MOBILE, Ala. (WKRG) — Patients at USA Children’s and Women’s Hospital are going to a whole new world through exciting new technology. The hospital has received a donation of virtual reality equipment from someone who has spent a lot of time in the hospital himself.
His name is Caid Rivers. Rivers has started a non-profit agency called “Wings of Joanne.” He was diagnosed with aplastic anemia, a blood disease when he was a little boy. As a result, he spent two and a half years in the hospital undergoing long and as he calls, “boring” transfusions. He’s now twenty-eight. He named his new non-profit, “Wings of Joanne,” after Joanne, his bone marrow donor.
“I know how these kids feel. Wings of Joanne is a charity based around bringing virtual reality to kids that are stuck in the hospital. Our goal is to provide relief for the children in an environment that is difficult,” Rivers said.
Rivers has donated several Virtual Reality headsets to USA Children’s and Women’s Hospital, as well as the Ronald McDonald House. His non-profit is only two months old, so he looks forward to donating even more headsets in the future. He also helps the organizations program the units so that the patients can enjoy them.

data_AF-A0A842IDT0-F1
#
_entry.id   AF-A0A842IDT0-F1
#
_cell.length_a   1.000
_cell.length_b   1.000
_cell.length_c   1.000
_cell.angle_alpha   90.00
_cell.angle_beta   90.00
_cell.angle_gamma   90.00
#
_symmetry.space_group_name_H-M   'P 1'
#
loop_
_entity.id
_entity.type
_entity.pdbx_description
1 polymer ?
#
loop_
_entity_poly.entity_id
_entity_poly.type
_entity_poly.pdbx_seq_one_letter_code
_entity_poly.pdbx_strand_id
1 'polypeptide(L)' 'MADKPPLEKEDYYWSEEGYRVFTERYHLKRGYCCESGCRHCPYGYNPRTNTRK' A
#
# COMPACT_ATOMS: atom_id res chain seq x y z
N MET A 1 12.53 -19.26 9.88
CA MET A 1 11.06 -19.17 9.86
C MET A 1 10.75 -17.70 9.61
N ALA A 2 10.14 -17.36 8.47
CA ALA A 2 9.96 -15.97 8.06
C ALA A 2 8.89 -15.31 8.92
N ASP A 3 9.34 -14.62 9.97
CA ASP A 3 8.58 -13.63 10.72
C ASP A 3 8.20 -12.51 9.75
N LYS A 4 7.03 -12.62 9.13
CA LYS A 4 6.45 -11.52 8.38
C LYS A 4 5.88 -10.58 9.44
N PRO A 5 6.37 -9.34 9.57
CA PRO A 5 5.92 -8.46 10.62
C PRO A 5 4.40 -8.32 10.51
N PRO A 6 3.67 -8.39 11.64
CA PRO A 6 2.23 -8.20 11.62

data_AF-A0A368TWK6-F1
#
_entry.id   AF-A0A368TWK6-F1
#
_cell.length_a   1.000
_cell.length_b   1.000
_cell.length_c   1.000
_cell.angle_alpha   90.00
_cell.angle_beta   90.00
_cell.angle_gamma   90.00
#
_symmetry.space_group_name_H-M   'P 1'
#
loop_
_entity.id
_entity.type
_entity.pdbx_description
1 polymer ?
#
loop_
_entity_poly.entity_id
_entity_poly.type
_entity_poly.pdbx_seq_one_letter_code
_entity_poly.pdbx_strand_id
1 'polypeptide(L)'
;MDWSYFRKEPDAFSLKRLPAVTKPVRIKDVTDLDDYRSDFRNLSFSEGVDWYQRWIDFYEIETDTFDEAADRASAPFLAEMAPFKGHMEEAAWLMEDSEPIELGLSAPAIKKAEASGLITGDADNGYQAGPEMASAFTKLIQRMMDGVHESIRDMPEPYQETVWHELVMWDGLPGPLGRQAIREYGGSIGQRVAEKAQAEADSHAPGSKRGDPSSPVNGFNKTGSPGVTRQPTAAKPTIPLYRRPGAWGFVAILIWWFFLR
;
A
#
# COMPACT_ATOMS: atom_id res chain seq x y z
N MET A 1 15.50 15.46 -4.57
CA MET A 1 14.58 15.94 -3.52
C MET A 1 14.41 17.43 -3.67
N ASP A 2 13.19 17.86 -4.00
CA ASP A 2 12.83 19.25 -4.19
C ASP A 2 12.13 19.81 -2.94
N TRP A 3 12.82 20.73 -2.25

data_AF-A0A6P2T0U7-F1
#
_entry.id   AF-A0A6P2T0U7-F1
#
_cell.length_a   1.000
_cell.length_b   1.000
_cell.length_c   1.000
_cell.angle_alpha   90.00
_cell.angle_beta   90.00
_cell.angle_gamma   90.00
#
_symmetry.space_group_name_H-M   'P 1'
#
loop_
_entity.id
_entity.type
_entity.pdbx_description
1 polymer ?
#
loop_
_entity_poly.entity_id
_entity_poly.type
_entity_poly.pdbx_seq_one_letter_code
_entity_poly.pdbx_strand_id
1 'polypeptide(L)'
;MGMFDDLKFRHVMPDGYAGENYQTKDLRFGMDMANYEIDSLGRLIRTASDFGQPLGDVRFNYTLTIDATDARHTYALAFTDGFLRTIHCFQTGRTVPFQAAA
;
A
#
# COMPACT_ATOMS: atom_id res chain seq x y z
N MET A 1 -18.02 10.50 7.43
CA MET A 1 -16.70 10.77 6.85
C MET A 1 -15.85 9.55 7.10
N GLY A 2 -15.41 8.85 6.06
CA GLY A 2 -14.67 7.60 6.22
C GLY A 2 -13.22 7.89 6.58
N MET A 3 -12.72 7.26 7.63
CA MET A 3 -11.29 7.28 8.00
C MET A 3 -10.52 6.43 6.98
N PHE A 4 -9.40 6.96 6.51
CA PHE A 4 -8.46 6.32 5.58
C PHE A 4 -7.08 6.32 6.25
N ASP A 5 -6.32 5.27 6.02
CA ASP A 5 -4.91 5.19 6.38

The children in the infusion unit often spend hours receiving chemo, or blood. On the headsets, they can play games or watch their favorite shows in virtual reality. Seven-year-old Jaylnn Hackworth loves playing an outer space game on the VR headset while she’s receiving an infusion.
“I see a dog with bones and you have to get them. I see the moon, and I see a dog with an astronaut,” Hackworth said.
Rivers says it thrills him to know that children are losing track of where they are while playing on the headsets.
“It has been awesome. We have had kids pull it off and double check where they are,” Rivers said.
If you would like to learn more about Wings of Joanne, click here.